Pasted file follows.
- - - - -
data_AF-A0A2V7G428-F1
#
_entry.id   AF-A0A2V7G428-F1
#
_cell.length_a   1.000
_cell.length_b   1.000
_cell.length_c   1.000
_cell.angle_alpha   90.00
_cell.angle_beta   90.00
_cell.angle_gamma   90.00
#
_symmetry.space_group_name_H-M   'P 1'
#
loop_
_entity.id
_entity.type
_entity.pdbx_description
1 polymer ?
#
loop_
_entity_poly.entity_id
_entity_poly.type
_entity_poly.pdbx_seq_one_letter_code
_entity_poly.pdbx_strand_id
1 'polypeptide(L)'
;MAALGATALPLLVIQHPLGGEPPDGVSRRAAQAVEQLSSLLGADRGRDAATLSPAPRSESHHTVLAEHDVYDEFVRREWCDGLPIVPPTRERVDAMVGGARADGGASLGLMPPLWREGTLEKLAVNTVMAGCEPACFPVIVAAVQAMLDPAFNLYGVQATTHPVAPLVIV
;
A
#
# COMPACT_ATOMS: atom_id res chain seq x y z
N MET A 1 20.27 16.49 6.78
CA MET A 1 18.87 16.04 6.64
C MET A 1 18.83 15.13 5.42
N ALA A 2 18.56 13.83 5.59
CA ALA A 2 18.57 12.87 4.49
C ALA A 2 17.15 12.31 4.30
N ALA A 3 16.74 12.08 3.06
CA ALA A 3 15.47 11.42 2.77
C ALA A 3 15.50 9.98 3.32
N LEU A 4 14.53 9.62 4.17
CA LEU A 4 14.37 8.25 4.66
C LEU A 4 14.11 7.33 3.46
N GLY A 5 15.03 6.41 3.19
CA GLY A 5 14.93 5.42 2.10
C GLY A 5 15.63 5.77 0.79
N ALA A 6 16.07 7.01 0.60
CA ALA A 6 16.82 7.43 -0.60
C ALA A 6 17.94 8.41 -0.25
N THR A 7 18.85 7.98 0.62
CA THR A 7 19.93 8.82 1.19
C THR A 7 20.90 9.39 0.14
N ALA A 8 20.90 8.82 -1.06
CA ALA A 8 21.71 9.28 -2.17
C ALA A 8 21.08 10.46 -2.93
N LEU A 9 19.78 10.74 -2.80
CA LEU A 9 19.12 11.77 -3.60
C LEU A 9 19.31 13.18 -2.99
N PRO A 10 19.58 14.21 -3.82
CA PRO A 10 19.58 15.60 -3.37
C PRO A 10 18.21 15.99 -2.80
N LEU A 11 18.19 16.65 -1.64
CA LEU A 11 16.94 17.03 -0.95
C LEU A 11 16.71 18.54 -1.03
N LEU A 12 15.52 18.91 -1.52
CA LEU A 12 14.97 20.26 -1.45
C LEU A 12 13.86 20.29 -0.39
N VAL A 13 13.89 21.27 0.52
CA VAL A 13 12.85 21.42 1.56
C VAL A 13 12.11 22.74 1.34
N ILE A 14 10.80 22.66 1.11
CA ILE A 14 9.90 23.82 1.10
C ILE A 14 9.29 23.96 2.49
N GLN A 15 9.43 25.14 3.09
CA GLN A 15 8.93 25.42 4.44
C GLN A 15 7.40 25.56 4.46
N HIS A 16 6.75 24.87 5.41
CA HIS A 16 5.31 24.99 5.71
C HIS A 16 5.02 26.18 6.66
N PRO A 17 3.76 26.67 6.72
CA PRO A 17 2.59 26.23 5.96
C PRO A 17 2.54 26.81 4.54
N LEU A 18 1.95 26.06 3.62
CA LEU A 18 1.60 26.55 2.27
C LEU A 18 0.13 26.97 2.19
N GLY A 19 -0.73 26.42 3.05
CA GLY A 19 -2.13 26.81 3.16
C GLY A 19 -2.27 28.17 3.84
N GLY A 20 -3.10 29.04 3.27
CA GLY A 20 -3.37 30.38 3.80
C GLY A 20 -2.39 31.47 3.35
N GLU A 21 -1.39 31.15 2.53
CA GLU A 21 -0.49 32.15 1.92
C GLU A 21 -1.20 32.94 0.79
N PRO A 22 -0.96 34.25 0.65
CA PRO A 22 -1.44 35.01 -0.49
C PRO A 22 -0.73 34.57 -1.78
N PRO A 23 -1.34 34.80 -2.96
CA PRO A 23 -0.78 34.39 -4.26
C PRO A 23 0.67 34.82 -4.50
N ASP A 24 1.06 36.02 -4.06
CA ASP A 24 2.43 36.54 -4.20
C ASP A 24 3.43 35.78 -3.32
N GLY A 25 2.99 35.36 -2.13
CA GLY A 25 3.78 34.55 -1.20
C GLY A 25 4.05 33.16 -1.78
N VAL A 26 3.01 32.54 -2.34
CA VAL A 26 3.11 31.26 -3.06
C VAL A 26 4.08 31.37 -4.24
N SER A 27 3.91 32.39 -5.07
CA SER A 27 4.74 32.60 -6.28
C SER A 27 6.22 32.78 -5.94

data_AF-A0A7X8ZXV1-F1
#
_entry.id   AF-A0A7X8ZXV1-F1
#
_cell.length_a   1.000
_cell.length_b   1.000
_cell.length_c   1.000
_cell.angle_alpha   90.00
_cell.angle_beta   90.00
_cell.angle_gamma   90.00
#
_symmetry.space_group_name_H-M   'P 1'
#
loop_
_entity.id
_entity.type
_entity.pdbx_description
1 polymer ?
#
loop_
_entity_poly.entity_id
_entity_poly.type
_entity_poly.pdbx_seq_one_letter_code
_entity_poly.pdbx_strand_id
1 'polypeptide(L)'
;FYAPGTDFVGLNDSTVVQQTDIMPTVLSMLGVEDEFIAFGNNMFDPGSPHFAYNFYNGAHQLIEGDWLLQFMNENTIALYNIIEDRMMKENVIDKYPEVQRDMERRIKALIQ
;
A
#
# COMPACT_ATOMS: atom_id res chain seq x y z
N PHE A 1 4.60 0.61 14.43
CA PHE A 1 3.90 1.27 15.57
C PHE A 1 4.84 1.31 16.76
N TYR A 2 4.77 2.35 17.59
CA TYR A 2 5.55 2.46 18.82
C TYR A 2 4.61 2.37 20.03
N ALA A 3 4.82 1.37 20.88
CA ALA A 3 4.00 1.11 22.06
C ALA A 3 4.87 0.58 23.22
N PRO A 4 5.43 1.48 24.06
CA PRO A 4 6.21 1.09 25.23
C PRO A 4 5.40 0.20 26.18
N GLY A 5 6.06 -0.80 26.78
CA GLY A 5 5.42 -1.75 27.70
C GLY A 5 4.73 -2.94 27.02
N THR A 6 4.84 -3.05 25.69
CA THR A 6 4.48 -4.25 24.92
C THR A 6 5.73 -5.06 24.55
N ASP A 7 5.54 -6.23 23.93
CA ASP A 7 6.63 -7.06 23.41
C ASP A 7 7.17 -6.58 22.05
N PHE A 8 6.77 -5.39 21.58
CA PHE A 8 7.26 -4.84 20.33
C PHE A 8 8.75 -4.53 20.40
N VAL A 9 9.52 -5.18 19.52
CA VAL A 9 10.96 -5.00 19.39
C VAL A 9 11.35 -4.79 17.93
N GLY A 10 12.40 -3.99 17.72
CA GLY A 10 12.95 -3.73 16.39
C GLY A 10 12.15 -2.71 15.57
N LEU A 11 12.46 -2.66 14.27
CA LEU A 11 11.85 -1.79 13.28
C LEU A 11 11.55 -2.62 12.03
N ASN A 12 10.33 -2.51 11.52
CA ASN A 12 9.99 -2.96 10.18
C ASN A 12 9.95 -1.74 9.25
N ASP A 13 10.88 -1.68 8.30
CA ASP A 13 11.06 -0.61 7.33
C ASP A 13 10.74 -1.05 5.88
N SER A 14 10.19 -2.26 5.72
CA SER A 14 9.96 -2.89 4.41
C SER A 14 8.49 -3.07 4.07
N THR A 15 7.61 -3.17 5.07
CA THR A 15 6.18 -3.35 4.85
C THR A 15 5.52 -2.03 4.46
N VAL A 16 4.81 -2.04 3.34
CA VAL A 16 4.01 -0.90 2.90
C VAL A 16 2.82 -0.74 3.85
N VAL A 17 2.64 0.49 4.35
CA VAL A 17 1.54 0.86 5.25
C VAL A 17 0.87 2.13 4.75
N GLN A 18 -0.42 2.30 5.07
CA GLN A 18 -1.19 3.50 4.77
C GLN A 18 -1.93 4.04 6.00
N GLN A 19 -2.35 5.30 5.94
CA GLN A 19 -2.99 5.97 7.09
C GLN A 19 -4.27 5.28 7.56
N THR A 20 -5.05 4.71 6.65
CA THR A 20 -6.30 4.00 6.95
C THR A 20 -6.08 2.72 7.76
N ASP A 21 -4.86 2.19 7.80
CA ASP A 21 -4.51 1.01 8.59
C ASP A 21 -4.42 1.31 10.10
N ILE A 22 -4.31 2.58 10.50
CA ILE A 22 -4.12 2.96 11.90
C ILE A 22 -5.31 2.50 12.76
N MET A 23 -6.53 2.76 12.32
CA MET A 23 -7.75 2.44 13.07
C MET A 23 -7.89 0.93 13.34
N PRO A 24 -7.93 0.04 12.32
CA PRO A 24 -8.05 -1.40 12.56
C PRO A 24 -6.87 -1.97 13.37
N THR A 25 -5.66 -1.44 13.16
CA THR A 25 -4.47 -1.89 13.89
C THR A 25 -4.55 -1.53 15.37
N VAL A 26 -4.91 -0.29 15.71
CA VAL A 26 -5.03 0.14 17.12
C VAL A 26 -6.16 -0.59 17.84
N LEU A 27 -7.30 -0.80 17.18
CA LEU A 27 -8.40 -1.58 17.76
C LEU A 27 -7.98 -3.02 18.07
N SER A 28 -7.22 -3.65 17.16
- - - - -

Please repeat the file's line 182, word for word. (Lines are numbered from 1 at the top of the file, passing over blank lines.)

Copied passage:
CA SER A 14 9.96 -2.89 4.41